The Palmerston North-born and Whakatane High School educated horsewoman won the Series by a single going into the last of the five-races.

After four events in the North Island, Hibell headed south to the Motukarara finale on March 19 with a one-point lead over defending champion Alicia Harrison… and that’s how it remained.

Top six junior driver points were: Hibell 48, Alicia Harrison 47, Crystal Hackett 35, Sam Thornley 30, Zev Meredith 25, Nathan Delaney 25.

The inaugural Series last year was won by Alicia Harrison.

“It was so nice to receive the trophy from Revell’s father Don, mother Laura, and sister Paula. That was so special. I really want to try and defend this title again next year, because it means so much to me,” Hibell said.

Revell Douglas was an astute horseman, who trained 14 winners and 20 placegetters from 2007 to 2020.

Hibell’s Series triumph came 157 days after her first career victory behind the Nicky Chilcott trained Del Shannon at Cambridge Raceway on October 13.

“I’ve been at Nicky’s for the last 16 months and am now foreman. How fortunate am I! Nicky is also a very astute trainer, and is a great teacher as well. She explains everything so well, and she also leaves nothing to chance. I have learnt so much working for her in such a short time.

“I’ll never forget that first win. I think every driver remembers that first one. It’s right up there with winning this Series,” Hibell said.

“The goal now is to win a New Zealand and perhaps then an Australasian Junior Driving Series,” she added.

Unlike many of her young harness racing compatriots, Hibell never got into harness racing through Kidz Kartz (mini trotters).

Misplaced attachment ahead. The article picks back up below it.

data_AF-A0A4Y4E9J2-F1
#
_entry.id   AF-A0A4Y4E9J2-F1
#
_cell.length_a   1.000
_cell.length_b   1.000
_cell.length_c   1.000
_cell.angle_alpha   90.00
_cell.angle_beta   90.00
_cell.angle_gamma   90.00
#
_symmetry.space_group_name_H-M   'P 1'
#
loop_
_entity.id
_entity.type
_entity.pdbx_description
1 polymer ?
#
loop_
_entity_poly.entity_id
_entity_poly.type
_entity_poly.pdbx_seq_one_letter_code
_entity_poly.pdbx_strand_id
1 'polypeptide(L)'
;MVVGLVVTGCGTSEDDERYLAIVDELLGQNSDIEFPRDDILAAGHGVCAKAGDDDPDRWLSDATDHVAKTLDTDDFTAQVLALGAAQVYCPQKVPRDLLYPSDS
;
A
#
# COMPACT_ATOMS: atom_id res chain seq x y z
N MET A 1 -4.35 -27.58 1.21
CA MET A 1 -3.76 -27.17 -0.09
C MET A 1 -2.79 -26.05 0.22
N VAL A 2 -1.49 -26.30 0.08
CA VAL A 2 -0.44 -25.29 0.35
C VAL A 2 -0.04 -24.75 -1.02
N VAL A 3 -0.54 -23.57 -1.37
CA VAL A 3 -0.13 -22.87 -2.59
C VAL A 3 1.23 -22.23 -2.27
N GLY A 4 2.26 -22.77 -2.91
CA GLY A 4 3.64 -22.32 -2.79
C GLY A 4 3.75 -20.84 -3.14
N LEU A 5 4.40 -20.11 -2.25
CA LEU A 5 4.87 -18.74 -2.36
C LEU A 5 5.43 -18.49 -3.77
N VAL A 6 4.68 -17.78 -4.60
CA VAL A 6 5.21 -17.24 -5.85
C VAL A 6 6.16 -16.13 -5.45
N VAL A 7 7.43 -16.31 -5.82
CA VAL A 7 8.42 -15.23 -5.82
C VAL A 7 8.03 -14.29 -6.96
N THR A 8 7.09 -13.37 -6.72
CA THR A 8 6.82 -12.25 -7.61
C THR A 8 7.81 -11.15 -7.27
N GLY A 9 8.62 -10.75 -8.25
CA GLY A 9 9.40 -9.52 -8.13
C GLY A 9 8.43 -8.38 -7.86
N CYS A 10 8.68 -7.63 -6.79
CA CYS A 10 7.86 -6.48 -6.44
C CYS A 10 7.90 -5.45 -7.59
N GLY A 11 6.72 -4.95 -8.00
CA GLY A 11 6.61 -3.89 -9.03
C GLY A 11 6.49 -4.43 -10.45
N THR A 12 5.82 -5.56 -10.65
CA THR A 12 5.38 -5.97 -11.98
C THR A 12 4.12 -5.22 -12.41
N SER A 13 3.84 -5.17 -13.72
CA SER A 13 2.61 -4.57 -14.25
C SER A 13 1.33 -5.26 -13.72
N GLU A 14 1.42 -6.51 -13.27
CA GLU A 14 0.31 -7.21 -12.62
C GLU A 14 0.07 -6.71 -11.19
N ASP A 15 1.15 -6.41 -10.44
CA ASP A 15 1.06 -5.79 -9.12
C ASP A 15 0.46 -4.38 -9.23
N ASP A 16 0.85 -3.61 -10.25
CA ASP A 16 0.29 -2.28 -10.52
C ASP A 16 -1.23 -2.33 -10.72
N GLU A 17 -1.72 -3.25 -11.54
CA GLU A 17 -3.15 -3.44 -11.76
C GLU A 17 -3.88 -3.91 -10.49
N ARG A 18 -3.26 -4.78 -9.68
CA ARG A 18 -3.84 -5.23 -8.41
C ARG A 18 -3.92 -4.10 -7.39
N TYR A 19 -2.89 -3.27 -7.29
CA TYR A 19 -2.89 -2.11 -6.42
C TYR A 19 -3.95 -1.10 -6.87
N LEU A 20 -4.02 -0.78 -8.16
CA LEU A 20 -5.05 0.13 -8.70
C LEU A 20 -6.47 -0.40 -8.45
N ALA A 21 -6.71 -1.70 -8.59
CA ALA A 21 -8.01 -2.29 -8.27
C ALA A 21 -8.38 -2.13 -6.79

Leah Hibell (right) receives the second annual Hygain Revell Douglas Memorial Junior Driving Trophy from Revell’s family at Motukarara on March 19. They are from left Laura (Mum), Don (Dad), and Paula (sister). HRNZ PHOTO.

“There was no harness racing connection in our family. I actually worked for Graeme Rogerson for three years before Nicky. Mum had gallopers and through her I got to do some yearling preps for Graham Bowen.

“Graham has had horses with Nicky for years now he told me that Nicky was short-staffed. I’ve been there since,” said Hibell, who has now driven six winners from 87 drives since 2021. She has also placed 23 times and netted $86,419 in purses.

Footnote: The writer was a good friend of Revell Douglas through Waiuku, the trots, journalism, and sport. Revell was a truly gifted person whom I will never forget. He left huge imprint left on my heart with his wit, honesty, fatherhood, and horsemanship. Well done Leah. R I P Rev.

Rest In Peace Don’t Skip Zip (1990-2016)


    • Such a lucky girl to be a representative and come to what I call the best place to be with it’s notorious triangle and that’s what makes it special, that’s why I enjoy these stories they are also very unique I hope she enjoys her stay .